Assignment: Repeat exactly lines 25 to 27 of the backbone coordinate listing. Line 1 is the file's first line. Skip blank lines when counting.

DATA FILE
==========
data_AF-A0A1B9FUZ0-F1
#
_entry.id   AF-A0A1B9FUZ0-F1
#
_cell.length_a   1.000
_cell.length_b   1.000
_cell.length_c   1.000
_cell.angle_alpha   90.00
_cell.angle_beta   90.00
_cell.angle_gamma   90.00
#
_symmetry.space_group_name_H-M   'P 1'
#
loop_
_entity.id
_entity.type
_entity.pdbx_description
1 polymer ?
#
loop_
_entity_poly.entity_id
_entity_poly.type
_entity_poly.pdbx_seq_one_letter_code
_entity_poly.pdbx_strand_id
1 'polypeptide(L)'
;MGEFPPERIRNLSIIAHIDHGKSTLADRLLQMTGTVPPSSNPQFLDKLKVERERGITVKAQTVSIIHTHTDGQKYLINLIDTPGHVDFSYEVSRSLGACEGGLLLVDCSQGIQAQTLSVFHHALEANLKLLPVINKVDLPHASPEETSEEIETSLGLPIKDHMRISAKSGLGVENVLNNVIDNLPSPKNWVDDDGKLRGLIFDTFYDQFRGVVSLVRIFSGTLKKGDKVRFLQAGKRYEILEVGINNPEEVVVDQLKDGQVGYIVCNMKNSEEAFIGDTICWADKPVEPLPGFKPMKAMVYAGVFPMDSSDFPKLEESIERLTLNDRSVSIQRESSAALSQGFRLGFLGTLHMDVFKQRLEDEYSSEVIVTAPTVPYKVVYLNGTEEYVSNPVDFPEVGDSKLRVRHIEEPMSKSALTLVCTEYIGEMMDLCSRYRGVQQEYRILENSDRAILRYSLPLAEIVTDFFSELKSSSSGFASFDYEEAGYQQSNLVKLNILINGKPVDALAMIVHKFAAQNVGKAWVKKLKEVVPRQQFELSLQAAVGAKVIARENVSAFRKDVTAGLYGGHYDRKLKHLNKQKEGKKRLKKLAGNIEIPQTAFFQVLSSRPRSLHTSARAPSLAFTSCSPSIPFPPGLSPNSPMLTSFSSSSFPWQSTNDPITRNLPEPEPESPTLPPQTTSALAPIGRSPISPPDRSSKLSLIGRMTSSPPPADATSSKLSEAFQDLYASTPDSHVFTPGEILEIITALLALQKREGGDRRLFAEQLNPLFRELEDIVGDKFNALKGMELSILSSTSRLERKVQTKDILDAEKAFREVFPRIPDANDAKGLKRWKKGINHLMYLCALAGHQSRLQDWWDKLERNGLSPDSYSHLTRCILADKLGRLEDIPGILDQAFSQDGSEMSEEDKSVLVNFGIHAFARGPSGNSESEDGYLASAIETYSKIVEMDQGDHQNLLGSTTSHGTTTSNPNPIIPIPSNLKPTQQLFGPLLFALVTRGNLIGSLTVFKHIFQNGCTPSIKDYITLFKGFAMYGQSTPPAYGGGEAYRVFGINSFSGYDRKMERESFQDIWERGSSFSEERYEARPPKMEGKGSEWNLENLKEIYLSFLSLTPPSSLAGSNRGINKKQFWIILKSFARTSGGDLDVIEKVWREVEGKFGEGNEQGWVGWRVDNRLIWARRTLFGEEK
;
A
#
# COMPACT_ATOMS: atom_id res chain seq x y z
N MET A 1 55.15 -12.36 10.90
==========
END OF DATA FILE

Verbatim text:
1 'polypeptide(L)'
;MGEFPPERIRNLSIIAHIDHGKSTLADRLLQMTGTVPPSSNPQFLDKLKVERERGITVKAQTVSIIHTHTDGQKYLINLIDTPGHVDFSYEVSRSLGACEGGLLLVDCSQGIQAQTLSVFHHALEANLKLLPVINKVDLPHASPEETSEEIETSLGLPIKDHMRISAKSGLGVENVLNNVIDNLPSPKNWVDDDGKLRGLIFDTFYDQFRGVVSLVRIFSGTLKKGDKVRFLQAGKRYEILEVGINNPEEVVVDQLKDGQVGYIVCNMKNSEEAFIGDTICWADKPVEPLPGFKPMKAMVYAGVFPMDSSDFPKLEESIERLTLNDRSVSIQRESSAALSQGFRLGFLGTLHMDVFKQRLEDEYSSEVIVTAPTVPYKVVYLNGTEEYVSNPVDFPEVGDSKLRVRHIEEPMSKSALTLVCTEYIGEMMDLCSRYRGVQQEYRILENSDRAILRYSLPLAEIVTDFFSELKSSSSGFASFDYEEAGYQQSNLVKLNILINGKPVDALAMIVHKFAAQNVGKAWVKKLKEVVPRQQFELSLQAAVGAKVIARENVSAFRKDVTAGLYGGHYDRKLKHLNKQKEGKKRLKKLAGNIEIPQTAFFQVLSSRPRSLHTSARAPSLAFTSCSPSIPFPPGLSPNSPMLTSFSSSSFPWQSTNDPITRNLPEPEPESPTLPPQTTSALAPIGRSPISPPDRSSKLSLIGRMTSSPPPADATSSKLSEAFQDLYASTPDSHVFTPGEILEIITALLALQKREGGDRRLFAEQLNPLFRELEDIVGDKFNALKGMELSILSSTSRLERKVQTKDILDAEKAFREVFPRIPDANDAKGLKRWKKGINHLMYLCALAGHQSRLQDWWDKLERNGLSPDSYSHLTRCILADKLGRLEDIPGILDQAFSQDGSEMSEEDKSVLVNFGIHAFARGPSGNSESEDGYLASAIETYSKIVEMDQGDHQNLLGSTTSHGTTTSNPNPIIPIPSNLKPTQQLFGPLLFALVTRGNLIGSLTVFKHIFQNGCTPSIKDYITLFKGFAMYGQSTPPAYGGGEAYRVFGINSFSGYDRKMERESFQDIWERGSSFSEERYEARPPKMEGKGSEWNLENLKEIYLSFLSLTPPSSLAGSNRGINKKQFWIILKSFARTSGGDLDVIEKVWREVEGKFGEGNEQGWVGWRVDNRLIWARRTLFGEEK
;